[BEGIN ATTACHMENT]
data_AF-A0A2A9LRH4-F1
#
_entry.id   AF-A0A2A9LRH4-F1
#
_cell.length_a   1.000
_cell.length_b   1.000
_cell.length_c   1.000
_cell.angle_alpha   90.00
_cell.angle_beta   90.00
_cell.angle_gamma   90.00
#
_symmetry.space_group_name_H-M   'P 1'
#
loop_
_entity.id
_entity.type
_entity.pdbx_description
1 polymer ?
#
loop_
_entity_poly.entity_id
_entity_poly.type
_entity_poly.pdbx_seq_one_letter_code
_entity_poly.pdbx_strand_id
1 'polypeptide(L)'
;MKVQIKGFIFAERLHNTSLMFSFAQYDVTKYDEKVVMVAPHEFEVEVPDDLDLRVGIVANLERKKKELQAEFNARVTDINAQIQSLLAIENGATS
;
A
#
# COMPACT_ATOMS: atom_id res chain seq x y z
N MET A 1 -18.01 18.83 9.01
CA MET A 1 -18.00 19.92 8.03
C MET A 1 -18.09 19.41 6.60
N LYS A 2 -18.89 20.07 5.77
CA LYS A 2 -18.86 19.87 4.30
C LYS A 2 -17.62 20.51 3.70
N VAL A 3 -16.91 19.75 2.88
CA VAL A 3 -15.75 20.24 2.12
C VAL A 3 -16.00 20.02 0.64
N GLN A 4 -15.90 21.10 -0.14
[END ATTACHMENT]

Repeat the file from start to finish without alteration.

data_AF-A0A2A9LRH4-F1
#
_entry.id   AF-A0A2A9LRH4-F1
#
_cell.length_a   1.000
_cell.length_b   1.000
_cell.length_c   1.000
_cell.angle_alpha   90.00
_cell.angle_beta   90.00
_cell.angle_gamma   90.00
#
_symmetry.space_group_name_H-M   'P 1'
#
loop_
_entity.id
_entity.type
_entity.pdbx_description
1 polymer ?
#
loop_
_entity_poly.entity_id
_entity_poly.type
_entity_poly.pdbx_seq_one_letter_code
_entity_poly.pdbx_strand_id
1 'polypeptide(L)'
;MKVQIKGFIFAERLHNTSLMFSFAQYDVTKYDEKVVMVAPHEFEVEVPDDLDLRVGIVANLERKKKELQAEFNARVTDINAQIQSLLAIENGATS
;
A
#
# COMPACT_ATOMS: atom_id res chain seq x y z
N MET A 1 -18.01 18.83 9.01
CA MET A 1 -18.00 19.92 8.03
C MET A 1 -18.09 19.41 6.60
N LYS A 2 -18.89 20.07 5.77
CA LYS A 2 -18.86 19.87 4.30
C LYS A 2 -17.62 20.51 3.70
N VAL A 3 -16.91 19.75 2.88
CA VAL A 3 -15.75 20.24 2.12
C VAL A 3 -16.00 20.02 0.64
N GLN A 4 -15.90 21.10 -0.14